'Schools are back! Yay', you shout as you sink into the sofa with a cup of coffee and a bucketful of relief. But as ever, this is a whole new phase of ‘normality’.
Unfortunately there is often a certain rhetoric used in education that we find to be unhelpful, the latest of which is the emphasis on the need to 'catch up'. Yet another burden of expectations and pressures are heaped on young people, just at the time when ‘recovery’ should mean a focus on holistic development and wellbeing. Dr Dan O'Hare, Educational Psychologist points out:
"The notion that children need to catch up or are 'behind' at school due to the pandemic reinforces the idea that children have 'one shot’ at their education and puts them under even more pressure to perform academically after what has been a challenging and unprecedented time for everyone."
The performing arts are a powerful force that should be at the forefront of bringing young people back together in a meaningful and healthy way. And here’s why:
Mental health – Worryingly, 67% of young people believe that the pandemic will have long-term negative effects on their mental health (Young Minds). The government’s new education catch-up tsar, Sir Kevan Collins, is aware of this, stating that:
“as well as lost learning, the mental health of children has been one of the major concerns of the Covid-19 pandemic”.
Even going back to school has been a stressful experience for many young people. Performing arts participation provides ideal ways for young people to alleviate their physical and mental stresses while meeting their social, emotional and psychological needs through collaboration and focussed engagement, bringing a sense of purpose and ownership to their lives and work.
Wellbeing - Young Minds have been pushing for a more holistic view of education to promote greater mental health and wellbeing in schools. Their ideal is to place psychological/emotional wellness at the centre of education to alleviate the pressure and stress placed on young people as a result of the focus on academic achievement. The performing arts offer inspiring and creative ways for young people to enhance their wellbeing through participating in learning activities that promote strong feelings of competency, friendship and control.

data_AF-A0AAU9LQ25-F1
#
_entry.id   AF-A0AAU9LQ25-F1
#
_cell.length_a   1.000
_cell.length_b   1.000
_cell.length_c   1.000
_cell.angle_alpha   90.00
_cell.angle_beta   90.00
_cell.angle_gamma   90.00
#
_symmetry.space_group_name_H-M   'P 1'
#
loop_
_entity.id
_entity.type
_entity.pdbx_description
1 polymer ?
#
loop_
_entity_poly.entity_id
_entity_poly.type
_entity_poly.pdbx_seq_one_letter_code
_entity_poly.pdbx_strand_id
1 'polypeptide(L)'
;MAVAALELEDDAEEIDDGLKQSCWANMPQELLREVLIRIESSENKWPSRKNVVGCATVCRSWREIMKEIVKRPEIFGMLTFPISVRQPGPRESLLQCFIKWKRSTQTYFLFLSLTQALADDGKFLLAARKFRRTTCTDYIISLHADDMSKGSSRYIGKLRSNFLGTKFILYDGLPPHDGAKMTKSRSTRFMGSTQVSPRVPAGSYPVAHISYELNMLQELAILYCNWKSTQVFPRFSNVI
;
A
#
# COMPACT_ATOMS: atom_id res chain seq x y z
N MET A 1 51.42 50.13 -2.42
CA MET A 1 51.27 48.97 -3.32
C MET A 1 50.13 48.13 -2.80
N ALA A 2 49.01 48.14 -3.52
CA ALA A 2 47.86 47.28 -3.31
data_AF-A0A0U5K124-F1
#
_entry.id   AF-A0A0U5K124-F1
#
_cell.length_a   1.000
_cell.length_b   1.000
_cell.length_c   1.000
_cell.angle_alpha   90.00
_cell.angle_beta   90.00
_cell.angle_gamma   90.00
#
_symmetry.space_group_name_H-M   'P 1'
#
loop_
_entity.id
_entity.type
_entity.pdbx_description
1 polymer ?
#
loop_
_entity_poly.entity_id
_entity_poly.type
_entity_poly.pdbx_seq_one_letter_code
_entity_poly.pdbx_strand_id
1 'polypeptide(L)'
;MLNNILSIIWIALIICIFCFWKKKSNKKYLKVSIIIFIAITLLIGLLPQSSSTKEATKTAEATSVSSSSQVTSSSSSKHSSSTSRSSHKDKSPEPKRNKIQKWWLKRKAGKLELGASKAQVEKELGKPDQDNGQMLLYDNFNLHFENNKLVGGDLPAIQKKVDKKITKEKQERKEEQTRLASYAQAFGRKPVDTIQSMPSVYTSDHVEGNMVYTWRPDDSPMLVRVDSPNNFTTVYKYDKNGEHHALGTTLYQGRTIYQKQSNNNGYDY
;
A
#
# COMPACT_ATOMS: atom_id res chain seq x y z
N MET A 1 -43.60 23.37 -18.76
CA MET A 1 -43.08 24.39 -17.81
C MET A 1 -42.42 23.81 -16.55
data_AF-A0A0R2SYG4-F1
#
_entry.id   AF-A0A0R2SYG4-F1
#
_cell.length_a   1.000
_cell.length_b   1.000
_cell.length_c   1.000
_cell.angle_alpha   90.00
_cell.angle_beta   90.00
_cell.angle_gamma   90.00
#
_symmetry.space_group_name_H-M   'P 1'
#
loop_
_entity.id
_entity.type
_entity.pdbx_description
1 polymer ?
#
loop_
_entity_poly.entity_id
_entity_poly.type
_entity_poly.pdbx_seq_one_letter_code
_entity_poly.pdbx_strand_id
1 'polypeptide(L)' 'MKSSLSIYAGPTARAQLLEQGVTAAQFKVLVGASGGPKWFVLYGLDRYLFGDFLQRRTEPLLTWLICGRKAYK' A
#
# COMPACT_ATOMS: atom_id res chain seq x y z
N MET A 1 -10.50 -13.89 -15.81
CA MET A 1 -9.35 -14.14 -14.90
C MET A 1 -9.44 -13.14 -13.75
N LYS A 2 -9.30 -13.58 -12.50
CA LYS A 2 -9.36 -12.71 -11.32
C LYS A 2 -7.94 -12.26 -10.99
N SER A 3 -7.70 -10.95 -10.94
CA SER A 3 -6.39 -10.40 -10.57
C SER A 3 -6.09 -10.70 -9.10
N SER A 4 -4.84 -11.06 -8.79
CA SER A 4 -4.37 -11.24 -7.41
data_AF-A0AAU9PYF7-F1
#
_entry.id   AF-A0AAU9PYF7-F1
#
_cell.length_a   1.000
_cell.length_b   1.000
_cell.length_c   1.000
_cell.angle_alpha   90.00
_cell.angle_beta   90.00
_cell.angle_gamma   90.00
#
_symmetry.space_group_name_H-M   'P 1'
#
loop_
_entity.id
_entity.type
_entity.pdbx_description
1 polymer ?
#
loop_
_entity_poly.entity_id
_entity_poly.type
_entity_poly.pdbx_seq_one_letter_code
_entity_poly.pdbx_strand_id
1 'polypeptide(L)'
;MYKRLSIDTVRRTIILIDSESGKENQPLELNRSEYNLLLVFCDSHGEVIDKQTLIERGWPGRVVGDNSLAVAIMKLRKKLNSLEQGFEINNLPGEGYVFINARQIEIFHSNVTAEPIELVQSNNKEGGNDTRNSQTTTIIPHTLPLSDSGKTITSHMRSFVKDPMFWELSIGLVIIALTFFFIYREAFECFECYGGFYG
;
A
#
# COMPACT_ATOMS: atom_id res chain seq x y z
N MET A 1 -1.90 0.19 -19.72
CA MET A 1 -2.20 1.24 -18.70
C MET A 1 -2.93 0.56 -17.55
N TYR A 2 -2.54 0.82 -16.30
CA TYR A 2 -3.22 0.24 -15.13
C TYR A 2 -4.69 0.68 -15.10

Social interaction - Removal from the normal social world through repeated lockdowns and ongoing restrictions impact young people significantly as social interaction is a vital developmental need for all. Clare Perkins, Director of the Mental Health Programme at Public Health England, said:
“The pandemic has caused significant disruption to all of our daily lives. Children are among the worse impacted, being stuck at home and not able to have the essential social interactions with their friends. Many young people are anxious and worried about their future in these uncertain times.”
The British Psychological Society suggest that children should be supported through socialisation and play, echoing head teachers' calls for a quality-over-quantity approach to learning. The performing arts play an important role in ensuring that young people feel part of a wider community, maintaining a vital element of pre-pandemic life and securing certainty where there would otherwise be further anxiety.
Continuity – As lockdowns are imposed and then lifted, maintaining a sense of continuity is difficult. Regular engagement with their friends and teachers at Stagecoach, whether online or in a venue, provides an ever-present, and ideal stabilising force for young people as they continuously move in and out of different learning models and bubbles.
Physical health – Ofsted’s recent report on the impact of the pandemic found evidence that some children had regressed in some basic skills and learning while others had significantly lost physical fitness. Physical activity is central across the performing arts and stimulates flexibility, strength and endurance.
Re-integration – There is a need for a holistic reintegration of children back into schools and performing arts provides an accessible way for that to happen. Sir Kevan Collins recently emphasised this point stating:
“I think we need to think about the extra hours not only for learning but for children to be together, to play, to engage in competitive sport, for music, for drama because these are critical areas which have been missed in their development.”
Feeling successful – All people like to feel successful and when this happens, we feel very motivated and engaged with what we’re doing. Social comparison occurs in all walks of life and our need to feel and demonstrate our competence has been neglected from young people’s lives during the pandemic. Performing arts provide multiple ways to promote self-expression, feeling successful and gaining enhanced confidence.
It is abundantly evident that people of all ages thrive through inspiring and meaningful engagement with high-quality performing arts. Whether it is online, in-venue, at the theatre or in holiday workshops, young people at Stagecoach always speak positively about finding ‘their thing’ and ‘their people’. Perhaps now, more than ever, being inspired and immersed in something we love, is at the heart of belonging, recovery and our own personal and collective roadmap to the ever-changing ‘normality’ we all crave.
By Dr Alison Daubney